PTPTN scholarships for Bumis only, Malay groups suggest

The National Unity Convention today was organised by a coalition of 58 Malay non-governmental organisations in Kuala Lumpur, November 23, 2014. — Picture by Yusof Mat Isa
The National Unity Convention today was organised by a coalition of 58 Malay non-governmental organisations in Kuala Lumpur, November 23, 2014. — Picture by Yusof Mat Isa

KUALA LUMPUR, Nov 23 — Only excelling Bumiputera students should be exempted from repaying their federally-funded National Higher Education Fund Corporation (PTPTN) loans, Malay groups suggested today after noting the ubiquity of high-scoring non-Bumiputera scholars.

The convention of Malay rights group also alleged of a possible conspiracy among private institutions of higher learning (IPTS) to grant non-Bumiputera students higher grades, which it claimed could escalate into a racial issue that can disturb national unity.

“The Malaysian government must study the reasons behind the academic decline of Bumiputera students in public tertiary institutions, compared to non-Bumiputera students,” read a draft of the memorandum prepared during the convention today.

“The Malaysian government must also study whether this exemption should only be given to Bumiputera students, suitable with Article 153 in the Federal Constitution,” it said, referring to the article which safeguards the “special position of Malays”.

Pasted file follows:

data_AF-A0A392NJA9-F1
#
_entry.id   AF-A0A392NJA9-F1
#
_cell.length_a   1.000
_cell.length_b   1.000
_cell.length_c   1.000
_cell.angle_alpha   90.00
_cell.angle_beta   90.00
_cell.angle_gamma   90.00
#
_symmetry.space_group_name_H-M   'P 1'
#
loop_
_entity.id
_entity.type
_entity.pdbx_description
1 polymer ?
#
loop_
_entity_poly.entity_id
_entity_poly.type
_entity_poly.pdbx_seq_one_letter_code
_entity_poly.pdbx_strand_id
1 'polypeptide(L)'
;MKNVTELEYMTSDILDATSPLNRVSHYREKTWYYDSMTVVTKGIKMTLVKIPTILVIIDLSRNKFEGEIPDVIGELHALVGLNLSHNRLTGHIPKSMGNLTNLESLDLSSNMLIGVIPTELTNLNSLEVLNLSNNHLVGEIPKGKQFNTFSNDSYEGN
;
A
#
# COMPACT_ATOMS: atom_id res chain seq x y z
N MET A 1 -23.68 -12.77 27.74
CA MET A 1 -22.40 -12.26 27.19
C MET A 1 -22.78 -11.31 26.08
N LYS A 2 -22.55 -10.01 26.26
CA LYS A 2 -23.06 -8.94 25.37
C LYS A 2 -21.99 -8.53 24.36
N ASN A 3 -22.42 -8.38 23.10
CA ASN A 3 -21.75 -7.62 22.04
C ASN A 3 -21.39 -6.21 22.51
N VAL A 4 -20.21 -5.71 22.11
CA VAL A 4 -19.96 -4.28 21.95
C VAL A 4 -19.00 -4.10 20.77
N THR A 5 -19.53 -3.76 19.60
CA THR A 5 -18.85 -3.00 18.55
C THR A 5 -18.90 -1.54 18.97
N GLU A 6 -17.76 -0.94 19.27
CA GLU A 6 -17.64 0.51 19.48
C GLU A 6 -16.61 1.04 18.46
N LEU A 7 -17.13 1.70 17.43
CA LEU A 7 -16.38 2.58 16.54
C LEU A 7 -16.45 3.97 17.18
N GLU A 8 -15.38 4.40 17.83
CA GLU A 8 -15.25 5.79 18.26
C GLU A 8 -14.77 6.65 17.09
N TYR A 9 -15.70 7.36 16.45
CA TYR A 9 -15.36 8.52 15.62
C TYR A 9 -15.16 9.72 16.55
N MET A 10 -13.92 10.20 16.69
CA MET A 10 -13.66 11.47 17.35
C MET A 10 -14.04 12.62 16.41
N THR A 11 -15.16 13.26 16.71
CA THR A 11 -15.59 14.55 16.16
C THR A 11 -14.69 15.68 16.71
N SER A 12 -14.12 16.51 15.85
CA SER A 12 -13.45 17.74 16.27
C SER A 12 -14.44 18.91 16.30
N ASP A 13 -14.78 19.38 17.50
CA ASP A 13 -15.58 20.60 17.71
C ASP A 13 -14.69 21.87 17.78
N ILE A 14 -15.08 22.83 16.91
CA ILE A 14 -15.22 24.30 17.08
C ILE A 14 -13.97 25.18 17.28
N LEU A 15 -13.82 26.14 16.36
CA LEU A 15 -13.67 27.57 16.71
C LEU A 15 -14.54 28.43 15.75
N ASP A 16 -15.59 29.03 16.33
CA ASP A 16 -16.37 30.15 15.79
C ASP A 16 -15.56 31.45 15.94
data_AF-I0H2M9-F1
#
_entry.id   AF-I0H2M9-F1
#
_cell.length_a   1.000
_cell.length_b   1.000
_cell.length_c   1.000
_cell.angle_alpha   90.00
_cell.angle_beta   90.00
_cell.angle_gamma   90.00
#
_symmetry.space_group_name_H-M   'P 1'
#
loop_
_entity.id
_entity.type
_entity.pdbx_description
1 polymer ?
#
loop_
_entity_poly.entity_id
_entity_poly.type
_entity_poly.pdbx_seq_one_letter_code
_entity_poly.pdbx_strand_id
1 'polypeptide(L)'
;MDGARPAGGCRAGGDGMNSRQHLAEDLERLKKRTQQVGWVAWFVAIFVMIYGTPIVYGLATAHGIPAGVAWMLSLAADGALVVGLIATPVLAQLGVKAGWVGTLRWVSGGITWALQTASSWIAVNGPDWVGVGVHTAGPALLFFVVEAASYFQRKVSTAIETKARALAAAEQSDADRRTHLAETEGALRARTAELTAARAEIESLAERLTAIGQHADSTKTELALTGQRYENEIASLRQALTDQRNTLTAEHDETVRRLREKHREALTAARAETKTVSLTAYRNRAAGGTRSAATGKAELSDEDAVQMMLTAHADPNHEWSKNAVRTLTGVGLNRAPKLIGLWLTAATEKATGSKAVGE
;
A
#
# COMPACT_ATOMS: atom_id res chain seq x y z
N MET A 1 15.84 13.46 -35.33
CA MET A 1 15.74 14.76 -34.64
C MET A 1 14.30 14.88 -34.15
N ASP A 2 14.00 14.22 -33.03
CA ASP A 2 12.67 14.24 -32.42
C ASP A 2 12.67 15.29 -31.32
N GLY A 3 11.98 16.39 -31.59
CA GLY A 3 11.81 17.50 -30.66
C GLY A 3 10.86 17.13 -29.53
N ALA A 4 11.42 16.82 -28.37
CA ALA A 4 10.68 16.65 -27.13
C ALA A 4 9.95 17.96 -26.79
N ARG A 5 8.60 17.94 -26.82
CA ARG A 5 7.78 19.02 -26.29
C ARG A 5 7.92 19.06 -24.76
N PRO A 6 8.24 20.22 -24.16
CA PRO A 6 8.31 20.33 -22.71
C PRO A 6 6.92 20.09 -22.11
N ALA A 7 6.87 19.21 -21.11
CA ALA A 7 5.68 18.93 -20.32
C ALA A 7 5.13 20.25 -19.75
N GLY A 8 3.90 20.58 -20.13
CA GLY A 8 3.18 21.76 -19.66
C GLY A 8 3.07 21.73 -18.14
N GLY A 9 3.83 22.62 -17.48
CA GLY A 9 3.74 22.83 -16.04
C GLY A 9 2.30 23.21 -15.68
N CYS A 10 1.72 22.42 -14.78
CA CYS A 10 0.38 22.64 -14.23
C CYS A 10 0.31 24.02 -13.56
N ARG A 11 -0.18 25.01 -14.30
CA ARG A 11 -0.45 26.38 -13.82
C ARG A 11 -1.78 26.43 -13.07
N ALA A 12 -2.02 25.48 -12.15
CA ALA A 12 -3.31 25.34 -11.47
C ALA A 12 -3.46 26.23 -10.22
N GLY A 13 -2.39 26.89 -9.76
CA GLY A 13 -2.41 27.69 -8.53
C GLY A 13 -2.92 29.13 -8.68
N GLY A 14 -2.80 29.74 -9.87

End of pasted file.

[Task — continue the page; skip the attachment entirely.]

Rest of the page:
The National Unity Convention today was organised by a coalition of 58 Malay non-governmental organisations, and was attended by over 300 groups, to debate and pass a National Unity Memorandum draft to be delivered to Putrajaya and the Malay rulers, among others.

The convention noted that students owe PTPTN RM1.1 billion in total, and that the ethnic Chinese have the most number of graduates with first class honours degrees who are exempted from paying their loans back.

“PTPTN’s action has created some questions. First, how and why cannot Bumiputera students compete with non-Bumiputera students? Secondly, is PTPTN’s action caused by the IPTS’ ‘lenient’ marking system and curriculum until they don’t have to pay back their loans?” the memorandum asked.

“Thirdly, are Bumiputera students not the ‘cream of the creams’ [sic]. Fourthly, is there a hidden agenda of some parties in IPTS, enabling a lot of non-Bumiputera students to be exempted from repayments?”

In the statistics supplied by the National Unity Convention, 8,818 ethnic Chinese students were exempted from repaying their PTPTN loans as at December 31, 2011.

In comparison, 2,347 ethnic Malay and 456 ethnic Indians students were exempted.

In November last year, Education Minister Tan Sri Muhyiddin Yassin said a total of 412,245 borrowers did not service their PTPTN loans, with Malays forming the largest number of defaulters at 328,550, followed by the Chinese (55,445) and Indians (28,250).

There are currently 1.24 million PTPTN borrowers according to the latest figures.